UC Davis pepper spray cop once lauded

University of California, Davis, Police Lt. John Pike uses pepper spray to move Occupy UC Davis protesters while blocking their exit from the school's quad Nov. 18, 2011, in Davis, Calif. AP Photo/The Enterprise

DAVIS, Calif. - The riot-clad police officer who pepper sprayed a row of peaceful Occupy Wall Street protesters at a California university last week is a retired U.S. Marines sergeant twice honored for his police work on campus.

Lt. John Pike started working for the University of California, Davis police force in 2001. Now, as one of four lieutenants, he supervises more than one-third of the force including the investigations unit.

Pike has been honored twice for meritorious service, including a 2006 incident when he decided against using pepper spray against a patient in the campus hospital who was threatening his colleagues with scissors.

But an alleged anti-gay slur by Pike also figured in a discrimination lawsuit a former police officer filed against the department, which ended in a $240,000 settlement in 2008.

The footage of Pike pepper spraying students has set off a debate about how far law enforcement can and should go to disperse peaceful demonstrators.

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Many students, lawmakers and even the university's chancellor have called the officers' actions a horrific example of unnecessary force. But some experts on police tactics say, depending on the circumstances, pepper spray can be more effective to de-escalate a tense situation than dragging off protesters or swinging at them with truncheons.

"Between verbalized commands and knock-down, drag-out fights, there's quite a bit of wiggle room," said David Klinger, a former Los Angeles Police Department officer and instructor at the University of Missouri-St. Louis who reviewed the pepper spray footage.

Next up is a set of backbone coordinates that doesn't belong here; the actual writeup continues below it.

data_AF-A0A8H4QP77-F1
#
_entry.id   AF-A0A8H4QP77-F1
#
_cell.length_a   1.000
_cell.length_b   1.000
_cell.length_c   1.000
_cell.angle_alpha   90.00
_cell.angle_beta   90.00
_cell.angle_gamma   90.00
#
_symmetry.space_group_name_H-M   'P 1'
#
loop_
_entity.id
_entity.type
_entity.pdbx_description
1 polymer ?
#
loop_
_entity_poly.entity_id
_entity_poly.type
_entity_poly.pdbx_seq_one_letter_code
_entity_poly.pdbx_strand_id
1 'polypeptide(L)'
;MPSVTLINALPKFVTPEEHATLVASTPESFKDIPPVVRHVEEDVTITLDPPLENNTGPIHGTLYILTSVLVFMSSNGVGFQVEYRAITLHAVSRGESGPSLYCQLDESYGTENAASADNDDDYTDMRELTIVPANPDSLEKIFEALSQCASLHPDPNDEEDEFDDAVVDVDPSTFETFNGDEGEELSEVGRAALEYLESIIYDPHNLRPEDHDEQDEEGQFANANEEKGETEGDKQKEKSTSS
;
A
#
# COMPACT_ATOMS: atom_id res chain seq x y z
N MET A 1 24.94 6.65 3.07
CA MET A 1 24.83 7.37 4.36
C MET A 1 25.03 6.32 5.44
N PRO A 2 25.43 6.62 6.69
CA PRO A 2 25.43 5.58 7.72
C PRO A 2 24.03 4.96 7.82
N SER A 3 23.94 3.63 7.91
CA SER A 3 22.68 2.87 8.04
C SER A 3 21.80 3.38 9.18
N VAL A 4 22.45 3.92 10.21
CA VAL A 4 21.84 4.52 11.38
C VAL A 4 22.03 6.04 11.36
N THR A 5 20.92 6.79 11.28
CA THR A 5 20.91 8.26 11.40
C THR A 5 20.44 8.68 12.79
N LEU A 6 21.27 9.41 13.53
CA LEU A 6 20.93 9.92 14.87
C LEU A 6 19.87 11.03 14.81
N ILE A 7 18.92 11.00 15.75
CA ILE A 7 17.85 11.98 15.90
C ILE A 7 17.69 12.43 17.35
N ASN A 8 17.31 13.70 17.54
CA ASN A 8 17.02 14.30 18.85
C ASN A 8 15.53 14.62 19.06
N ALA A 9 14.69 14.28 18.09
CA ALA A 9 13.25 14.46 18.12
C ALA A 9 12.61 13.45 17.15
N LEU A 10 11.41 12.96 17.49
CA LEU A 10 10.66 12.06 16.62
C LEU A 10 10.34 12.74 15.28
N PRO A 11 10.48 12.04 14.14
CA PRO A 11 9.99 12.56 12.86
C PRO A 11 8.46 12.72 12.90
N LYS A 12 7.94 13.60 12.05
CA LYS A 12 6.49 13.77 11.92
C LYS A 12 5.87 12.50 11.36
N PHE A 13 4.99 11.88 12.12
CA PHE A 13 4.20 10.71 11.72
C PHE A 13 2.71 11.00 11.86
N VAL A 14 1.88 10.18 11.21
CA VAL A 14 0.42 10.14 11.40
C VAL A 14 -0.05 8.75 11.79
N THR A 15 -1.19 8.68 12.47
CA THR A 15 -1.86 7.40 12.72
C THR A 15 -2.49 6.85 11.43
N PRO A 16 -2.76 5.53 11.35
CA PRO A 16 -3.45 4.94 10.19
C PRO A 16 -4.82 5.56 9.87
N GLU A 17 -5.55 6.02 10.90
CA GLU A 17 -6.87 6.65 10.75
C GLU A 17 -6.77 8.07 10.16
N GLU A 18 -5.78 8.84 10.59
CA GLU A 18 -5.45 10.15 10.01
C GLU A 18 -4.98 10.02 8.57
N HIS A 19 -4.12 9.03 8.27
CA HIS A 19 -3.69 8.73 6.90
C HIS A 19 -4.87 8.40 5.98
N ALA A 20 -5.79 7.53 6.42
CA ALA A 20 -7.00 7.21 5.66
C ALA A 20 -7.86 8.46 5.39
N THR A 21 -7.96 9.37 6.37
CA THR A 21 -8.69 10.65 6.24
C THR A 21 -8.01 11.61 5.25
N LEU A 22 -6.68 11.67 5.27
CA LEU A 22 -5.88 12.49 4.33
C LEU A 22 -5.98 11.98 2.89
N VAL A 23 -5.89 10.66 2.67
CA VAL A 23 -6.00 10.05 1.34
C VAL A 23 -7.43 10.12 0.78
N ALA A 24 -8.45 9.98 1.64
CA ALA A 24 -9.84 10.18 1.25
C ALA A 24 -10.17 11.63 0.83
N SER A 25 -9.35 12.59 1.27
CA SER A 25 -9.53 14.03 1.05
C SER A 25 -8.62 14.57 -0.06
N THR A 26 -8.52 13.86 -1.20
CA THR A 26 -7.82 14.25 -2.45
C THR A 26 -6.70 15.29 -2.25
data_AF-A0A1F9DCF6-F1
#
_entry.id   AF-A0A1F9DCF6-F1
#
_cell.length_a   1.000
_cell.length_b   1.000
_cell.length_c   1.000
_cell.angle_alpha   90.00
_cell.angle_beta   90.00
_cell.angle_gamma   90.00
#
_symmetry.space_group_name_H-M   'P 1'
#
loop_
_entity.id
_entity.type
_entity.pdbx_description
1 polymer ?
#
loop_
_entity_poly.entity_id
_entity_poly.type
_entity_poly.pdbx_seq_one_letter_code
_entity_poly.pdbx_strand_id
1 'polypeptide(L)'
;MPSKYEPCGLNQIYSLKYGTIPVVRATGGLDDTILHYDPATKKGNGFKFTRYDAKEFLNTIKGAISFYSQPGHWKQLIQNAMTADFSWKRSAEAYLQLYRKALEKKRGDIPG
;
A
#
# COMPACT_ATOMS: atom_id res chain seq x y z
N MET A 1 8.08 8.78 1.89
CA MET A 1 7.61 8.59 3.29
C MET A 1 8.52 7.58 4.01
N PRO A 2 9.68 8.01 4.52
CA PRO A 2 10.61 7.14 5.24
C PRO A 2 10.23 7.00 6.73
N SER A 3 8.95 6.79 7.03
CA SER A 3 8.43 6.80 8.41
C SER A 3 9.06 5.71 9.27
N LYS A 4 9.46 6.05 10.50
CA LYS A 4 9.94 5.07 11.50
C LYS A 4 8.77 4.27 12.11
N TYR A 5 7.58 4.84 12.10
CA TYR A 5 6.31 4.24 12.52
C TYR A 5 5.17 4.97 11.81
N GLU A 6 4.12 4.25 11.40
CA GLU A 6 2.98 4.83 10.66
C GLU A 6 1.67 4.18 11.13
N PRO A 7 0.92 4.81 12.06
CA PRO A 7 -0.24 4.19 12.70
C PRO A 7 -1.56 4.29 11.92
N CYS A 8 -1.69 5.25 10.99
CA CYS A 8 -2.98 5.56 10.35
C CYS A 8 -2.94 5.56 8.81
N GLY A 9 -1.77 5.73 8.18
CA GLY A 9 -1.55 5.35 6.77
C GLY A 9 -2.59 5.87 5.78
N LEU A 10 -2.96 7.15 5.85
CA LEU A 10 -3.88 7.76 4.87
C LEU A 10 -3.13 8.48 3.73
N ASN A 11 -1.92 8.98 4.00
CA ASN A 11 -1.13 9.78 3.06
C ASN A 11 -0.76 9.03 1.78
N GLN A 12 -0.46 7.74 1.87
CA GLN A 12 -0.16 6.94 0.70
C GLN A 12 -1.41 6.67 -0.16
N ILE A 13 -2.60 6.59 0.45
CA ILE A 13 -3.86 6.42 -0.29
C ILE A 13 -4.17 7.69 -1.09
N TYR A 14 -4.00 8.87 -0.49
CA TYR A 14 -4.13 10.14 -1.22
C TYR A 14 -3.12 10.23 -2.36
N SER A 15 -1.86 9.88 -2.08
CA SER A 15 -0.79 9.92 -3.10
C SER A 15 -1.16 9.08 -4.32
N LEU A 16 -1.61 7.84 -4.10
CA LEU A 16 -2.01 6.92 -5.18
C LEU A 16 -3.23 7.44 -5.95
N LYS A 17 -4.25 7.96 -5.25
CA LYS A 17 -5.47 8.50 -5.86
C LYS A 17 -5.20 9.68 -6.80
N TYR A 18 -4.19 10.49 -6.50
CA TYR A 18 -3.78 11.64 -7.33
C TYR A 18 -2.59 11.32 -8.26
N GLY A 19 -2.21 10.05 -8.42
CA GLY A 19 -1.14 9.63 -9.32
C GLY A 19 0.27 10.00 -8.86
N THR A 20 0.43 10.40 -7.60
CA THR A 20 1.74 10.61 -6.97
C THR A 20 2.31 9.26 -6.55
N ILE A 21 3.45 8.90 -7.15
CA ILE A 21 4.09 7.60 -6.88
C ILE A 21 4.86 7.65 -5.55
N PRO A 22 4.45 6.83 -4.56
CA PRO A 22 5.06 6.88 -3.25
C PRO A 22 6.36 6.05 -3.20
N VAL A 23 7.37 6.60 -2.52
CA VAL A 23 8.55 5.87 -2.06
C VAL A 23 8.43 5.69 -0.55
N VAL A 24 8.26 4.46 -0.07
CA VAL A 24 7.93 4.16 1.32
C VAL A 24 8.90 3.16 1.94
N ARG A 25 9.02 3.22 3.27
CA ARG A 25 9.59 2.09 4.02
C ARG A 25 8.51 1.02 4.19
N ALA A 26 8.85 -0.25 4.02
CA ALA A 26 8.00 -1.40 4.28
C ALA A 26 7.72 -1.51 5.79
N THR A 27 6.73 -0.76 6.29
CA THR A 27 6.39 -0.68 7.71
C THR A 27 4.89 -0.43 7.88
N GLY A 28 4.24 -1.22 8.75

The university announced Monday that it has placed the police chief and two officers on administrative leave to restore trust and calm.

Pepper spray is an inflammatory agent that derives its active ingredient from chili peppers. When the spray is deployed, it causes nearly instant inflammation, resulting in dilation of the capillaries in the eyes, paralysis of the larynx and a burning sensation on the skin.

Pepper spray and its many (painful) discontents

The protest at UC Davis was held in support of the Occupy Wall Street movement and in solidarity with protesters at the University of California, Berkeley who were struck by police with batons on Nov. 9.

The UC Davis footage shows two officers spraying students with the chemical agent as the crowd cries out, then a slight delay before police start hauling off some of those seated while other protesters cough violently and try to crawl away.

The spray the officers used ranked about halfway between the highest and lowest concentrations of the commercially available substance.

Nine UC Davis students hit by pepper spray were treated, two were taken to hospitals and later released, university officials said. Ten people were arrested.

Since the video began circulating Friday night, UC Davis Chancellor Linda Katehi said she has been inundated with calls from alumni, students and faculty to speed up an investigation. Students and faculty have called for her resignation.

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